The UK is a divided society and many current educational systems maintain inequality and rivalry. Intergroup tensions underpin international conflict. Instead of prioritising competition and achievement, should cooperation and understanding be at the heart of education?
Education as currently conceptualised and operationalised in the UK clearly doesn’t engage, include or provide meaningful educational opportunities for all young people.
We are a society that resolutely groups and classifies people. In relation to the current impact and outcomes of education, grouping and classification can be self-perpetuating and socially harmful.
Wilkinson and Pickett’s (2010) study showed that the size of the ‘gap’ between the wealth of the richest and poorest in society is strongly related to educational outcomes and social well-being, and low family income has been found to be causally related to children’s well-being and educational development (Cooper & Stewart, 2013).
The recent survey by CPAG (2015) estimated that 3.7 million children were living in poverty. It also happens that children eligible for free school meals are 4 times more likely to be excluded from school than those who pay for their meals. Excluding children already at risk because of poverty is adding insult to injury.
educational systems also mimic and perpetuate socio-economic stratifications
Whilst socio-economic disadvantage can be self-perpetuating, educational systems also mimic and perpetuate socio-economic stratifications. Thus, the ‘ability’ grouping of children in school is clearly of little advantage to any but disadvantages many, as well as creating groups that are hard to motivate and teach. Just labelling groups, can adversely affect teachers’ expectations (Gibbs & Elliott, 2015; Rosenthal & Jacobson, 1968).
However, it is also important to consider the effects being put in a group. Tajfel (see Tajfel, 1982) showed how being arbitrarily placed in a group generated behaviours favouring in-group members. More recent studies have shown how beliefs about social groups, become essentialised and prejudicial. In schools this is becoming a major issue with respect to children’s behaviour. Guidance for schools (DfE & DoH, 2015) now locates problematic behaviour within the province of ‘mental health’. Thus teachers may more readily judge challenging behaviour as a sign of mental ill-health (and thereby not the responsibility of school staff) and young people become fearful of being labelled ‘mental’.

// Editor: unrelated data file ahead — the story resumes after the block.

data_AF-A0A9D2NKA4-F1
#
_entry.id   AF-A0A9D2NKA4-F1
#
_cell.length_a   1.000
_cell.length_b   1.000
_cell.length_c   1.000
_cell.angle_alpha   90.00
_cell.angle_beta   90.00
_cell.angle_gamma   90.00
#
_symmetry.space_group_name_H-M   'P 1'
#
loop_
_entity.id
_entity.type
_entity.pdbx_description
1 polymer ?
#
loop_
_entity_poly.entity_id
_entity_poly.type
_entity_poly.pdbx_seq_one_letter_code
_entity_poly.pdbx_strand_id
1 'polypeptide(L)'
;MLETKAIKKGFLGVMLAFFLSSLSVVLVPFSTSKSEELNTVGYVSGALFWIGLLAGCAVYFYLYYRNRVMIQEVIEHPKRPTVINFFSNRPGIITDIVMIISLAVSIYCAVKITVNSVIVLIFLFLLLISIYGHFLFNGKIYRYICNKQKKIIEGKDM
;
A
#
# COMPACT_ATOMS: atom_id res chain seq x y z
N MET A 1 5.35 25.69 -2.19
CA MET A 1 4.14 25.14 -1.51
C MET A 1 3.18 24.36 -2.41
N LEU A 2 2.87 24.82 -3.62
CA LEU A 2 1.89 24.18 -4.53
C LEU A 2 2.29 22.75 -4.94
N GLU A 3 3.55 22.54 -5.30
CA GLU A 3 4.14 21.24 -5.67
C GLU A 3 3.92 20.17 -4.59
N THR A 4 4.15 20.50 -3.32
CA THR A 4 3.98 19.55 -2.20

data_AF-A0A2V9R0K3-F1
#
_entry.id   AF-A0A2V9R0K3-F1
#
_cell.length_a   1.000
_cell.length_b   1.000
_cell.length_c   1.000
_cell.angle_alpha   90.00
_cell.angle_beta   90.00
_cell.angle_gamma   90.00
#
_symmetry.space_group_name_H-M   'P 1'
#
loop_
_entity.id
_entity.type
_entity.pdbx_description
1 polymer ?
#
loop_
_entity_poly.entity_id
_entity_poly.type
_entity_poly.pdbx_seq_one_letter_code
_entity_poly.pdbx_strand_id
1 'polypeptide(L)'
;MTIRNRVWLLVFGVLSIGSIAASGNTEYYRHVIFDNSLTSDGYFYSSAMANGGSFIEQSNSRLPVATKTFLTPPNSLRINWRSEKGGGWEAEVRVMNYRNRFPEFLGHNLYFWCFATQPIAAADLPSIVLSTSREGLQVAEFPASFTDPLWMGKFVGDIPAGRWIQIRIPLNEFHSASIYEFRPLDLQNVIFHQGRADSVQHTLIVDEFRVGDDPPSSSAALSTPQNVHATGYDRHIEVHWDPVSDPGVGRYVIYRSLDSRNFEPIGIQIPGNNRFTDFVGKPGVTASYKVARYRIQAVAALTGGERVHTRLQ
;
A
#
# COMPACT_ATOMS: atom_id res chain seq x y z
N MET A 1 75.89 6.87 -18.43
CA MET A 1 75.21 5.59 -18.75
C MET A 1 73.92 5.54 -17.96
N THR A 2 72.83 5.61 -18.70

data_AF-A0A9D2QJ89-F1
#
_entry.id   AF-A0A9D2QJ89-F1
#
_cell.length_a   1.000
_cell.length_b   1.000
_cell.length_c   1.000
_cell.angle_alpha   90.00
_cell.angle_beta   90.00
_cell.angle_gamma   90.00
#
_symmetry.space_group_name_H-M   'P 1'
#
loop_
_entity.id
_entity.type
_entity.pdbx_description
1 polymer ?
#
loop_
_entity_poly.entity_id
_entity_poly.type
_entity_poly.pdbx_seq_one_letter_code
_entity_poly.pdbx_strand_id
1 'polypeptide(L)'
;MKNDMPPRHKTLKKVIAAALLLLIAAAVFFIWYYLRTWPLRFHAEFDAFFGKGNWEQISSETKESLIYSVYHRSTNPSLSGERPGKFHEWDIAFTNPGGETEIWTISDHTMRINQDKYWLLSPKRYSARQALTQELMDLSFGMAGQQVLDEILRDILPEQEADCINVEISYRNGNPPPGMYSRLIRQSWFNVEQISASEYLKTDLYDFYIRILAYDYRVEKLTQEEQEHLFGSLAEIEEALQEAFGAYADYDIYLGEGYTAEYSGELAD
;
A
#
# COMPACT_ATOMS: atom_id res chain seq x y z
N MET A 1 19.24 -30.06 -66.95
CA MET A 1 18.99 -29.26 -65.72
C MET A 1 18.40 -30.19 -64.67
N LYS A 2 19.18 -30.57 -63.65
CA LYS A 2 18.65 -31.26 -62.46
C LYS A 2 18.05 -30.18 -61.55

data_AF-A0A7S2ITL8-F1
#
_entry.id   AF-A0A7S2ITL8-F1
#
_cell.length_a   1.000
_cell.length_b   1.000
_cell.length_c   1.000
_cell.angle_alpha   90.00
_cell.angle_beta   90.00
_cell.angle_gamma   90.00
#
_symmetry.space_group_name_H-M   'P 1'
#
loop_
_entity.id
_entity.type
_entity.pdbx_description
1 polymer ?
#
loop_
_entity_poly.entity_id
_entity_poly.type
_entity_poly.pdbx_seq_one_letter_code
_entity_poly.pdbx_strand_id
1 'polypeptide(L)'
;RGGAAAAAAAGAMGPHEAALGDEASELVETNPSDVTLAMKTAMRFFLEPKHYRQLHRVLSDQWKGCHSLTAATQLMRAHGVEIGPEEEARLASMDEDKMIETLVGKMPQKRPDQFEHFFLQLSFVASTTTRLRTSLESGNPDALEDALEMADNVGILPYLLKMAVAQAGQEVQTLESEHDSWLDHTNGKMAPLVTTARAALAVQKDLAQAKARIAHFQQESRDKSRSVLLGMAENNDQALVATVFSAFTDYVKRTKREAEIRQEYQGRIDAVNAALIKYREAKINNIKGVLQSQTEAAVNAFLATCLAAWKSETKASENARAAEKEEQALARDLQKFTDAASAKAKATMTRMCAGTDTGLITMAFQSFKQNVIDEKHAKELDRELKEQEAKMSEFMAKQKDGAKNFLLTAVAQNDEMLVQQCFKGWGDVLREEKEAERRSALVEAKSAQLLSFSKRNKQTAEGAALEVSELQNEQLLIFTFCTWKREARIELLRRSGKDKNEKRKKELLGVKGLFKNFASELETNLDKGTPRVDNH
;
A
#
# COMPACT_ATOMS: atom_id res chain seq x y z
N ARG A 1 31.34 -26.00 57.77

Whilst the studies of intergroup processes did not, for Tajfel, leave much scope for optimism, the future does not need to be bleak. Cooperative working can reduce conflict. In dialogic teaching, for example, the collaborative and critical interactions generated between teacher and students, and between students, can have profound positive social and educational effects (Mercer & Howe, 2012). Thus, if members of differing groups are encouraged and enabled to interact with each other greater mutual understanding and respect can follow. More than ever we need greater understanding and acceptance of difference within our society, between nations and toward those who migrate in fear of their lives.
Education fails if it does not engage and motivate learners and provide them with understanding and skills that enable them to contribute as creative social beings now and in the future. At the moment education systems are not fit for that purpose.
We should ask if we want educational systems to perpetuate social and economic inequalities. It is possible for schools to engender understanding and tolerance, include all children and enable them to learn together. Today education segregates and divides. It is clear we don’t need more inter-group antipathy. We could choose to have different purposes and outcomes.
Cooper, K., & Stewart, K. (2013). Does Money Affect Children’s Outcomes?: A Systematic Review: Joseph Rowntree Foundation.
CPAG. (2015). Child poverty facts and figure. Retrieved 13/01/2016, fromhttp://www.cpag.org.uk/child-poverty-facts-and-figures
DfE, & DoH. (2015). Special educational needs and disability code of practice: 0 to 25 years. London: Department for Education.
Gibbs, S., & Elliott, J. (2015). The differential effects of labelling: how do “dyslexia’ and “reading difficulties’ affect teachers’ beliefs. European Journal of Special Needs Education, 30(3), 323-337. doi: 10.1080/08856257.2015.1022999
Mercer, N., & Howe, C. (2012). Explaining the dialogic processes of teaching and learning: The value and potential of sociocultural theory. Learning, Culture and Social Interaction, 1(1), 12-21. doi:http://dx.doi.org/10.1016/j.lcsi.2012.03.001
Rosenthal, R., & Jacobson, L. (1968). Pygmalion in the classroom. The Urban Review, 3(1), 16-20. doi: 10.1007/BF02322211
Tajfel, H. (1982). Social identity and intergroup relations. Cambridge: Cambridge University Press.
Wilkinson, R., & Pickett, K. (2010). The spirit level: why equality is better for everyone: Penguin UK.
Taken from BERA
Simon Gibbs is currently Reader in Educational Psychology in the School of Education, Communication and Language Sciences, Newcastle University. He has worked in education for more than 40 years starting as a maths teacher. He then retrained and worked as an Educational Psychologist in the NE of England. Since 2007 he has been Director of Training in Educational Psychology at Newcastle University. His research is preoccupied with the psychology of education and teachers’ beliefs in their efficacy. Prompted by increasing concerns about the ‘medicalisation of childhood’ and the faltering progress of inclusive education, he has most recently been conducting investigations into the effects of labels (such as ‘Dyslexia’ and ‘ADHD’) on teachers’ expectations. He is married and lives in North Yorkshire.